We have dealt with this issue more extensively in a previous post. In Law and Practice of International Commercial Arbitration, the learned authors of the text identified “at least five different systems of law which in practice may have a bearing on international commercial arbitration” (Redfern and Hunter, Law and Practice of International Commercial Arbitration, 4ed., 2004 at [2-04]).

These are:

  1. the law governing the capacity of the parties to enter into an arbitration agreement;
  2. the law governing the arbitration agreement and the performance of that agreement;
  3. the law governing the existence and proceedings of the arbitral tribunal – the lex arbitri;
  4. the substantive law or the proper law of the contract; and
  5. the law governing recognition and enforcement of the arbitral award.

These distinctions arise out of (i) the fact that the parties to the dispute may not have any connection to the law they have chosen to govern their contract and (ii) a further recognition that the arbitration agreement is a separate and distinct agreement from the underlying contract to which the arbitration agreement is commonly one of the clauses.

Laws 1 and 5 are rarely in dispute. The law governing the capacity of the parties to enter into an arbitration agreement is generally that of the law governing the place of incorporation of the corporate entity or the domicile of a natural person. The law governing recognition and enforcement of the arbitral award is the law of the place in which the award is sought to be set aside, recognised and/or enforced.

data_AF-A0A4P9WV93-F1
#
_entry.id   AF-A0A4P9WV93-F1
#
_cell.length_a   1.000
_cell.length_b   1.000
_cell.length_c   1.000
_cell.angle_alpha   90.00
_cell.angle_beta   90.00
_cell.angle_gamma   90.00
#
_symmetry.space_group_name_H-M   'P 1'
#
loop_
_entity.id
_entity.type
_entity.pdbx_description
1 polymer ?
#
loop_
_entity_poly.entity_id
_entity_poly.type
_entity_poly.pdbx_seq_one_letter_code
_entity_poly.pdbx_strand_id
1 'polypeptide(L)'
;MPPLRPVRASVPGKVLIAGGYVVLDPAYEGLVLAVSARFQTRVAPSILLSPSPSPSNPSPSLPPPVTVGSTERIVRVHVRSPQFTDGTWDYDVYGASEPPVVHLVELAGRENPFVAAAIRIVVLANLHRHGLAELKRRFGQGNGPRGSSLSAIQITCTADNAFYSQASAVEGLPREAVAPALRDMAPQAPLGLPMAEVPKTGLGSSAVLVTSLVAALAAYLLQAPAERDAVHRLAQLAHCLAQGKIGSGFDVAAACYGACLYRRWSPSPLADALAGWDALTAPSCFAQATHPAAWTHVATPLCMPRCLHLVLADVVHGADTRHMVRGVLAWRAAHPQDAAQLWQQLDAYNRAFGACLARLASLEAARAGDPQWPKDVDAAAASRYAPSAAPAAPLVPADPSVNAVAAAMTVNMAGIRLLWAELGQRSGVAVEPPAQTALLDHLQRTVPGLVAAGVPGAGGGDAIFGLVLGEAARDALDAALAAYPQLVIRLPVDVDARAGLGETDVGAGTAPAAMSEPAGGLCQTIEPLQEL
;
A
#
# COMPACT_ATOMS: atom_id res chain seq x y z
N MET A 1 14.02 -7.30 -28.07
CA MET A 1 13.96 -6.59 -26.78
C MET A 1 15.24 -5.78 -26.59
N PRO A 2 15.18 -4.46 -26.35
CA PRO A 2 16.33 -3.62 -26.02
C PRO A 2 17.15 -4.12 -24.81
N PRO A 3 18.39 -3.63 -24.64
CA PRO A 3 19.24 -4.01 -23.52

However, disputes often revolve around laws 2, 3 and 4. These are often governed by one and the same law i.e. the substantive law of the contract is often the same law which governs the arbitration agreement and the arbitration process.

However, there can be convoluted exceptions, as was the case in the recent English Court of Appeal decision of Sulamerica CIA Nacional de Seguros SA and others v Enesa Engenharia SA and others, [2012] EWCA Civ 638. An earlier post sets out the facts and legal reasoning of the case.

To summarise, the two insurance contracts in issue contained an arbitration clause for disputes to be resolved by arbitration seated in London. However those same contracts also contained an express choice of Brazilian law as the governing law of the contracts as well as an exclusive jurisdiction clause in favour of the Brazilian courts. The Court of Appeal held that the arbitration agreement (and the lex arbitri) was governed by a law (English law) that was different from that chosen to govern the substantive obligations of the underlying contract (Brazilian law).

The decision of the English Court of Appeal had real repercussions. According to the party arguing that Brazilian law was the governing law of the arbitration, Brazilian law would have required their consent to commence arbitration. In contrast, English law would have considered that the arbitration clause(s) constituted an agreement on their part to submit to arbitration and that no further consent would have been required to commence arbitration.

In Naviera Amazonia Peruma SA v Compania International de Seguros de Peru [1988] 1 Lloyd’s Rep 116 ("Peruvian Insurance case"), parties had provided for an arbitration to be located in Peru but subject to English procedural law. The English Court of Appeal held while it was conceptually possible, the mere reference that the arbitration was to be governed by English procedure is insufficient for the English courts to take jurisdiction over disputes relating to the arbitration.